Finding the root-cause of a problem, especially in a virtual infrastructure, is easier said than done. Here's why: let's take the example of a business service delivered over a typical multi-tier infrastructure - the user on the left-hand side connects through a firewall to a web server. The user request is forwarded to a middleware application tier, which then uses a database server to service the request. Suppose the database tier has become 50% slower than normal? Since the application server depends on the database, a slowdown of the database impacts the application server. In turn, the application server problem impacts the web server and, ultimately, the user experience.

Evidently, a single problem in one tier can impact all the other tiers and the IT service manager then has to determine where the problem originated. If all the applications were hosted on physical servers, using the inter-dependency information, we could have fairly quickly concluded that the database tier is the root-cause of the problem.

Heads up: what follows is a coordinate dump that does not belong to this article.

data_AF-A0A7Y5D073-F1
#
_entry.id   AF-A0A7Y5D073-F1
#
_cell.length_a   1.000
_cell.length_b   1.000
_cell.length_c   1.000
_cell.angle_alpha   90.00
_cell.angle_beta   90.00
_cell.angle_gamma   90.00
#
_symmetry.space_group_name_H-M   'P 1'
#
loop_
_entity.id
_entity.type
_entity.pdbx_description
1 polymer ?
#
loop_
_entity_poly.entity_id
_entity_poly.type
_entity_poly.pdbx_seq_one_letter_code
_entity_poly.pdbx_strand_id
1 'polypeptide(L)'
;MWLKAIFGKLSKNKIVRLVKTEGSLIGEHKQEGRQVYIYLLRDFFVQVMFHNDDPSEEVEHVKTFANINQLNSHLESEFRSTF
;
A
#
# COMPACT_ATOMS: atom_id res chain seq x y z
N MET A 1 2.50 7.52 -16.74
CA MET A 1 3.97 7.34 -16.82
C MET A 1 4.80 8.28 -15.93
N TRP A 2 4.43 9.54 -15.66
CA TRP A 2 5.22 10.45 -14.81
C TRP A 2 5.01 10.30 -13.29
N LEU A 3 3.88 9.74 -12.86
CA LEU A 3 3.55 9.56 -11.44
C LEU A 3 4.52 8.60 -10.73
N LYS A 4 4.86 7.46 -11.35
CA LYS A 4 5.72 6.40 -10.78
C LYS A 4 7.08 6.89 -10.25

Let's now look at how the use of virtualization makes the diagnosis problem more challenging. Suppose the virtualized Oracle database server from the previous example is hosted on the same physical machine as a virtualized Citrix and a media server. If suddenly there are a lot of requests to stream videos from the media server, this can cause a lot of requests to the server's disk, choking the physical server. This in turn will impact the performance of the virtualized database server sharing the same physical resource, and result in poor performance for database queries.

Here is an example in which an application (namely, the media server) that has no relation to the business service we are looking at is impacting the service. Virtualization has introduced a new type of dependency - since all the VMs running on a physical server share the resources of the server, a single malfunctioning VM can impact the performance experienced by all the other VMs.